Researchers at Cornell University have created mice whose heart muscles are genetically engineered to fluoresce when the muscles contract.
Junichi Nakai of the RIKEN Brain Science Institute in Wako-shi, Japan, developed the fluorescent molecule by modifying a green fluorescent protein (derived from bioluminescent jellyfish) and making it glow brightly enough to be observed in the working heart. The sensor molecule turns on and off like a switch in the presence of calcium; calcium concentrations in the muscle increase with each muscle contraction.
In a series of images, the heart of a mouse embryo is seen to go from a resting state between beats (upper left) through upper heart chamber contraction, then finally lower heart chamber contraction (lower right).
Incredibly, in order to photograph a mouse heart beating (the mouse embryo's heart beats 6-10 times per second), a special camera cooled to -90 degrees Celsius was used to get a sharp image.
By the tenth day of development, a rudimentary heart is already beating, but it has only two chambers. The upper chamber contracts first, then the lower; this delay in contractions is obviously necessary for efficient pumping action. However, the atrio-ventricular node (AV node) does not develop until the thirteenth day; so, how does the heart function without it?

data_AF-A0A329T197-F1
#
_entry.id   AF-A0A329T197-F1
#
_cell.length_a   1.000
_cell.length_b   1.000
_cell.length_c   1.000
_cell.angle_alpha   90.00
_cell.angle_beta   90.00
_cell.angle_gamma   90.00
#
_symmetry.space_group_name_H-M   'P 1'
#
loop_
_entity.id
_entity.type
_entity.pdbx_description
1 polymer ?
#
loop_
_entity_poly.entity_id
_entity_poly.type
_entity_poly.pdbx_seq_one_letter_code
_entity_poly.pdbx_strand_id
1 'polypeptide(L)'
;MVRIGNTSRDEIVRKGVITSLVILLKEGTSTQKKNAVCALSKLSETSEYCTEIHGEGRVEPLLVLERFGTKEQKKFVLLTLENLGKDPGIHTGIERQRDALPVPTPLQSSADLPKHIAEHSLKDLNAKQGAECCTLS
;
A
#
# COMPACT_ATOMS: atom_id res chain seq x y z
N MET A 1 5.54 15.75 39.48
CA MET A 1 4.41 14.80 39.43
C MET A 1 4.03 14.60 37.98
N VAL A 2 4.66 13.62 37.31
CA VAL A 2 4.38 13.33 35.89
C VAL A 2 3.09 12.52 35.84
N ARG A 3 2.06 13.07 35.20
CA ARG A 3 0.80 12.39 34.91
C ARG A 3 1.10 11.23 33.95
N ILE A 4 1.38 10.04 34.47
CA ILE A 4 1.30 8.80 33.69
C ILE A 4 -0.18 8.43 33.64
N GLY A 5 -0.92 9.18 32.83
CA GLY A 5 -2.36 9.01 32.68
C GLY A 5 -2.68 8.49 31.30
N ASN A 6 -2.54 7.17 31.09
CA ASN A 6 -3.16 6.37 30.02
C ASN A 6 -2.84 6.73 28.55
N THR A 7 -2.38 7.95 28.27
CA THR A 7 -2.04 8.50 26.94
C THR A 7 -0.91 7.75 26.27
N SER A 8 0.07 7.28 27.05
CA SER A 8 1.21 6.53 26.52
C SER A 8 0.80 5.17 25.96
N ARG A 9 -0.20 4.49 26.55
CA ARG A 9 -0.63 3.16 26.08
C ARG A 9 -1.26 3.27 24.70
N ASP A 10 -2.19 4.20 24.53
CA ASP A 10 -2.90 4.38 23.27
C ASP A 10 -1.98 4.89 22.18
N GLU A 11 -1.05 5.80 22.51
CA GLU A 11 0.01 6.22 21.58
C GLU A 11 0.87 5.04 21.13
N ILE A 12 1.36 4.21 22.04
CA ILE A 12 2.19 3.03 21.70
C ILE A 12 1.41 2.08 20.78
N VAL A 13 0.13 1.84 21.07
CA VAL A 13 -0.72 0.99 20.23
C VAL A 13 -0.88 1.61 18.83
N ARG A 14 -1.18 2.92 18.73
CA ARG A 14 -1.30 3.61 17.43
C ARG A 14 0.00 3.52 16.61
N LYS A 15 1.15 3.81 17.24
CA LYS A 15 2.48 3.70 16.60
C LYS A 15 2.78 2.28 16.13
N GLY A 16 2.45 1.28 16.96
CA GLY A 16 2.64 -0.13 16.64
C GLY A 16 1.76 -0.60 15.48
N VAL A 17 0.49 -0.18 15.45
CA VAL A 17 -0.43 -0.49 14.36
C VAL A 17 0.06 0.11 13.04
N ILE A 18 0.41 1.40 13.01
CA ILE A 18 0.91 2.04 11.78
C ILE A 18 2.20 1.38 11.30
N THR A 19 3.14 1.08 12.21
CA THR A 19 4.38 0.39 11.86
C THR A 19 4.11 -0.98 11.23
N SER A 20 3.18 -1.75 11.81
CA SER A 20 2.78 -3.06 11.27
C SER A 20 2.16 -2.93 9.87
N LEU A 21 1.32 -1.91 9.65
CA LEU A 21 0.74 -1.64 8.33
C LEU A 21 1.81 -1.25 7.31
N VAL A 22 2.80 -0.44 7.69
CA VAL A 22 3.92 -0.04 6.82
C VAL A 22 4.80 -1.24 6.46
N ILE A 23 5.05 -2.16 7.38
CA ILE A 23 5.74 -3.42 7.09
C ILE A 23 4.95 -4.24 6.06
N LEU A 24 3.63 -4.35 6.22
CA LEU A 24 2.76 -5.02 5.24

This technique allowed researchers to discover a layer of specialized cells on the surface of the developing heart that delays the beats between upper and lower chambers. These cells die off once the AV node has developed.
Technovelgy.com has developed several stories in which science fiction has anticipated researchers in heart-related stories (see Musclebot: Microrobot with a Heart and Heartshirt Electronic Underwear). This present story isn't really a case in which science fiction has specifically anticipated a real scientific development, but I couldn't resist. In the movie "E.T. the Extraterrestrial," director Steven Spielberg shows E.T.'s heart glowing as he communicates with his fellows aboard their ship.
(This Science Fiction in the News story used with permission from Technovelgy.com - where science meets fiction.)
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